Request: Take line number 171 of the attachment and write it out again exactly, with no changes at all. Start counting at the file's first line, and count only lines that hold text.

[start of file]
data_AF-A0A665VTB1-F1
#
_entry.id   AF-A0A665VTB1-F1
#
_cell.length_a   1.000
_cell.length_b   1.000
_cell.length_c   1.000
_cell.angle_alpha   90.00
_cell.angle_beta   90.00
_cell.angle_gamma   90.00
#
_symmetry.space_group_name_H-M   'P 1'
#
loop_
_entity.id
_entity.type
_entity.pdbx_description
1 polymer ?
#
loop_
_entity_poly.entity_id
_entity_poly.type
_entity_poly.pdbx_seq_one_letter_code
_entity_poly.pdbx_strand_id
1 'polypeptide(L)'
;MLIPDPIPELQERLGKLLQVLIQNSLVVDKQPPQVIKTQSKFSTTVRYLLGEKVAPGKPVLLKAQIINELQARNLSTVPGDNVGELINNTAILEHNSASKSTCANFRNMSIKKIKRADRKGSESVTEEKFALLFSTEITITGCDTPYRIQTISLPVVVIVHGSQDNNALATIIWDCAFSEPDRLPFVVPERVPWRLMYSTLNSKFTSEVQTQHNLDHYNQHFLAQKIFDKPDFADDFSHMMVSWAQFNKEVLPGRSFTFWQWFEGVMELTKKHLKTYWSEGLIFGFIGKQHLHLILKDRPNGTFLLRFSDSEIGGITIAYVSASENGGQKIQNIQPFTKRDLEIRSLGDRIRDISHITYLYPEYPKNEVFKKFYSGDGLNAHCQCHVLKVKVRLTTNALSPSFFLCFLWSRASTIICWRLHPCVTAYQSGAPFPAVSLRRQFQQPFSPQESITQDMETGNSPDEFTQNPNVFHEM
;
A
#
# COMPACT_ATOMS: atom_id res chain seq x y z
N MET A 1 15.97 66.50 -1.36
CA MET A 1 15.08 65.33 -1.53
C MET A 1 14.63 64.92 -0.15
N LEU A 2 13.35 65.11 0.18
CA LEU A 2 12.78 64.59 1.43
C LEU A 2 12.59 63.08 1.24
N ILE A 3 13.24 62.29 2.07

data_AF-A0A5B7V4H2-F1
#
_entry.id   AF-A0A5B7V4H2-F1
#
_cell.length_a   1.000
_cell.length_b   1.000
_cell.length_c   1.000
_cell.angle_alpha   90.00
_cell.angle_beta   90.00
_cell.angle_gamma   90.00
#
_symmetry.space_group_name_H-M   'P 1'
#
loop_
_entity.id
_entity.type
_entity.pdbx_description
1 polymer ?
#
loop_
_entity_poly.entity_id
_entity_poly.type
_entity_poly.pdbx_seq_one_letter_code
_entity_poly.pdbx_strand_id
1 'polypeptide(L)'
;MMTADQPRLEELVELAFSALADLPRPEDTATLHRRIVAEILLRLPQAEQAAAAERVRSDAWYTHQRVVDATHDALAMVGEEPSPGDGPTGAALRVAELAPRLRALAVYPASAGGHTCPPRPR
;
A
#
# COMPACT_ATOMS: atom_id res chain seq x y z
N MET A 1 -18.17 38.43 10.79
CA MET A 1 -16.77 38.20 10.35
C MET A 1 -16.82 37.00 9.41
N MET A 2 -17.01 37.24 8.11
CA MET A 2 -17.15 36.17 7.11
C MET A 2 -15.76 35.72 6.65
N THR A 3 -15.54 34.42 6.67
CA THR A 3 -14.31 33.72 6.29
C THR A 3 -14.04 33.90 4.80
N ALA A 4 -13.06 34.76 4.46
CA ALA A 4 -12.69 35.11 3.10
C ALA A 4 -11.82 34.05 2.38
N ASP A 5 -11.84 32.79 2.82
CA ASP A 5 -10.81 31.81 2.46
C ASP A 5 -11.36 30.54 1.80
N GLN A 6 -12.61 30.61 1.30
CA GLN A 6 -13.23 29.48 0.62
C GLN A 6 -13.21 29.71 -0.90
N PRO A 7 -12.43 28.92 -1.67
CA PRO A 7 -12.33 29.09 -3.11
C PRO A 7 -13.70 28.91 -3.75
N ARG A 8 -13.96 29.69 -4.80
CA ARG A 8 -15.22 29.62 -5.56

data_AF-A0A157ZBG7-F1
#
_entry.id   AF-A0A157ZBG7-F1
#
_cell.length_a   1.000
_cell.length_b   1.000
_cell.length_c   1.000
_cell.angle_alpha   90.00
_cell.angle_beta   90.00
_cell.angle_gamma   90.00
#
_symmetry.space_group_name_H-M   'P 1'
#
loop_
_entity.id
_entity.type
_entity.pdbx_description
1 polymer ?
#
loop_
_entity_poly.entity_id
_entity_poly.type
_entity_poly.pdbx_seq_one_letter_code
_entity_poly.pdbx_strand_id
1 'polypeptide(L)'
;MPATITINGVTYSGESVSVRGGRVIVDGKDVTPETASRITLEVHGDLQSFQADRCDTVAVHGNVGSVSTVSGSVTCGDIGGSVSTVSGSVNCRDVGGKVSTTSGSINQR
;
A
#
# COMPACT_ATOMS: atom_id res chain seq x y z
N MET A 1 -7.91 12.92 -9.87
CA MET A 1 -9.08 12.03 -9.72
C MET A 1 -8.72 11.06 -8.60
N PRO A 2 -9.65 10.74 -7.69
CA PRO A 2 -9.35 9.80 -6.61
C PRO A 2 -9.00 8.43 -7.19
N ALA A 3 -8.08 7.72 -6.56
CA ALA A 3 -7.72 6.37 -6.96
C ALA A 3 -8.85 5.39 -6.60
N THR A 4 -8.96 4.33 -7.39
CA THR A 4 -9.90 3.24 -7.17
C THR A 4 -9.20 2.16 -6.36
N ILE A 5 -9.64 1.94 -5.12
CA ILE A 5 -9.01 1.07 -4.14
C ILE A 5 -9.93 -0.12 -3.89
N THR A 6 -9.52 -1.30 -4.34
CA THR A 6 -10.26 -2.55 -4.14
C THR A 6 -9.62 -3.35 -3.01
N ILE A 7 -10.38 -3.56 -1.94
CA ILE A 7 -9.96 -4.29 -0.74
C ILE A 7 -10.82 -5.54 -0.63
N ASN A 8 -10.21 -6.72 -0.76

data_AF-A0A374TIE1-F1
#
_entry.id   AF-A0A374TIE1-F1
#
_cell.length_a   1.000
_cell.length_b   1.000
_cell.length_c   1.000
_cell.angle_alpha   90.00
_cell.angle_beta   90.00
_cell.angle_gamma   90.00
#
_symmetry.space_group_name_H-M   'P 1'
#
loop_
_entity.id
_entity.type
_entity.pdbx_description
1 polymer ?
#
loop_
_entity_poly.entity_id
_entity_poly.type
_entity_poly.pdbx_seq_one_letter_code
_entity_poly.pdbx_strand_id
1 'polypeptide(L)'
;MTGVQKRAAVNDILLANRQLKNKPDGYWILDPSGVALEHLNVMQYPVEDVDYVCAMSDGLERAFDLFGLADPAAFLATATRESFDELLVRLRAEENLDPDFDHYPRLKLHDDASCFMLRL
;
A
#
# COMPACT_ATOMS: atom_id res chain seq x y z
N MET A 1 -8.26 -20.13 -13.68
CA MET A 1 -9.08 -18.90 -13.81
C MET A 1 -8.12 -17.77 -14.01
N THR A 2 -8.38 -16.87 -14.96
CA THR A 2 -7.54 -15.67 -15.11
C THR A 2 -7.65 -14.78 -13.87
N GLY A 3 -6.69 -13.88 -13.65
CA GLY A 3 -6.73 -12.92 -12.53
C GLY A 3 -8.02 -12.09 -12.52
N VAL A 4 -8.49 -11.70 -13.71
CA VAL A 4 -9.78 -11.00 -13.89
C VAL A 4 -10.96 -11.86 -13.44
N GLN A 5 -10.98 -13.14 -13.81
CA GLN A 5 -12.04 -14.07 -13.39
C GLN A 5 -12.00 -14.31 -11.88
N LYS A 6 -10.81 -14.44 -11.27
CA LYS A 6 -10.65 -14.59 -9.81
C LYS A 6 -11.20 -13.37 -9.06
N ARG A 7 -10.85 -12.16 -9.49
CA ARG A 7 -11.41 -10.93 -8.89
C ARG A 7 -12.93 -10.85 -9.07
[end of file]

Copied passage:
#